Disposable Me.

One of the key themes of Goodbye Eden is how disposable and fluid our identity could be in the future. If current trends in augmented and virtualised reality continue it looks more than plausible that we will one day be able to project whatever version of ourselves we like into the ‘real’ world or at least into the minds of anyone who looks at us.

There are already people embedding the tech currently confined to phones inside their bodies and experimenting with creating entirely new senses. If we can plug our minds directly into the internet via embedded wifi (or its successor) and we can augment our senses, either peripherally through sensory implants or centrally through direct interception and manipulation of sensory information within the brain, then we could conceivably alter how others see us through their augmented senses.

As the social media giants mine more and more data from us, our profiles could one day contain highly detailed information about the version of ourselves we want to project — an avatar that we pipe directly into the minds of others. So if I want you to see me as a woman instead of a man I would alter the avatar that I project to be more feminine, and then whenever someone looks at me my profile information augments their raw sensory data so they see me how I want them to see me. No need for surgery. And if tomorrow I want to be a man again, no big deal — just update my profile and I’m male. Or maybe I want to be a cat. Or a tree. Or a potato. Think of it like the Snapchat filters of the future streamed directly into the minds of others. Anything will be possible once we can manipulate sensory data and once we can do that it will usher in an era of disposable identity. The biggest challenge is understanding the neurophysiology that underlies our perception, and being able to map, translate and interface digital information onto neural networks — but much work is being done in this field and it more a matter of when, rather than if. Worlds like Second Life already show how elaborate and diverse our identities can become once we are freed from the shackles of our underlying biology there is no telling how we will evolve — beyond the flesh.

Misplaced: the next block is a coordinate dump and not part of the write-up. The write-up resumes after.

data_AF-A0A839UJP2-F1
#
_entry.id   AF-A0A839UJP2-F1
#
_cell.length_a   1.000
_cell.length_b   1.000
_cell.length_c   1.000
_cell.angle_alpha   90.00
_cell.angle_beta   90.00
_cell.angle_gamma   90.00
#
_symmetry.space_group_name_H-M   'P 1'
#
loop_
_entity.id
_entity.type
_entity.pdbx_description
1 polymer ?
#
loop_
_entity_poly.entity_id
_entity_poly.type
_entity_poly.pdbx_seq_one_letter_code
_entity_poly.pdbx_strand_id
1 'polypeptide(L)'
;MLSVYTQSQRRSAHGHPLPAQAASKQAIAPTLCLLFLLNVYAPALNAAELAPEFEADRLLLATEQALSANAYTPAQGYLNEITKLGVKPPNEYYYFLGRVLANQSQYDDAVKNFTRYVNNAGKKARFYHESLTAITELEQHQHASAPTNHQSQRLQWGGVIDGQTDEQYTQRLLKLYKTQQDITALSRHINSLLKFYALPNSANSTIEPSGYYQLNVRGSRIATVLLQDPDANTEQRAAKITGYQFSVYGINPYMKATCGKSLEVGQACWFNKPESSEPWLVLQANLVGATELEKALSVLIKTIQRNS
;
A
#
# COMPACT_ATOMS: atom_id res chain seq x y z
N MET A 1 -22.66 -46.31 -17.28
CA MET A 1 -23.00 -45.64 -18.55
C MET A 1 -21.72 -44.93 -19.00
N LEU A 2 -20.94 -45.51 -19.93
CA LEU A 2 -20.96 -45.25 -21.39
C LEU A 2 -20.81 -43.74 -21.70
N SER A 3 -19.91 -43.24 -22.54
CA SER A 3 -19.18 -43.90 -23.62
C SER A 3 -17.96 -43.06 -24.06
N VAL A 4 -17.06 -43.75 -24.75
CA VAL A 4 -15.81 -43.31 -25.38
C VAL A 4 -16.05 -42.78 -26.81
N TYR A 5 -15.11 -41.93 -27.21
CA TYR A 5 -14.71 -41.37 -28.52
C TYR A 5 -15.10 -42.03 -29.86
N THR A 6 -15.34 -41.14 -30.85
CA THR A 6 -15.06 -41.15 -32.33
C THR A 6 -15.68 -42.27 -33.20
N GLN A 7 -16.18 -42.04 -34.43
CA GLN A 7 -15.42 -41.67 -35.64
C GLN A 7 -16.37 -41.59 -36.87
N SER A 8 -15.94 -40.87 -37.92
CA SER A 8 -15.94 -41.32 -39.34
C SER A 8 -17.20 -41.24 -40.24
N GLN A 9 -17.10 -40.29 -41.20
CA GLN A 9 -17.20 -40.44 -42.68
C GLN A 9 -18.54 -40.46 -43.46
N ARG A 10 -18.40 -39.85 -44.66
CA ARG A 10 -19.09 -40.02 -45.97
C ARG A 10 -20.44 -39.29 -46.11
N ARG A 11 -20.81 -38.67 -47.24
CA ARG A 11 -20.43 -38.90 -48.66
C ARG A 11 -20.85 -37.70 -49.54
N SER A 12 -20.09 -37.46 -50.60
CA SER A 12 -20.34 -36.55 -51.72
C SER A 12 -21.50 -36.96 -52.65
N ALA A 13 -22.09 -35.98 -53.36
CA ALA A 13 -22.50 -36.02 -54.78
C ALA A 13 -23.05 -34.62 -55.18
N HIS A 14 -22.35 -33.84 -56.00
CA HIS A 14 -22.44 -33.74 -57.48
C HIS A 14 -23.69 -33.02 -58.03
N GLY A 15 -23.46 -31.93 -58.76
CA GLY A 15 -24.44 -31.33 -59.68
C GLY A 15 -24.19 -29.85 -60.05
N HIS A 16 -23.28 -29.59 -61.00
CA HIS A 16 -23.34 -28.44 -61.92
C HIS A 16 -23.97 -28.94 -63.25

But who are we if we can be anything? If I’ve only ever seen you as a woman and one day you present yourself as a man, or a completely new gender, will that change how I treat you? Will it change who you are? Or are these notions of gender and identity really just outdated concepts that need consigning to the societal bin? Does it matter who we are? Is identity important? How do we define ourselves? Where do we get our sense of permanence? Perhaps it is our memories? Or our achievements? Do these things need to be fixed at all? Currently an unstable personality is treated as a symptom of mental illness, but in a future of fluid identity, could personality become as transient and disposable as the identity it is attached to?

The emergence of fluid identity could be a liberating and equalising force, breaking down racial barriers and ending sexual discrimination, or it could be another nail in the coffin for reality, rendering us no longer able to trust our senses, lost in our narcissism and vulnerable to those who would hide behind the smokescreen of our uncertainty. Whatever happens, one day, how we define ourselves is going to change — possibly on a daily or hourly basis.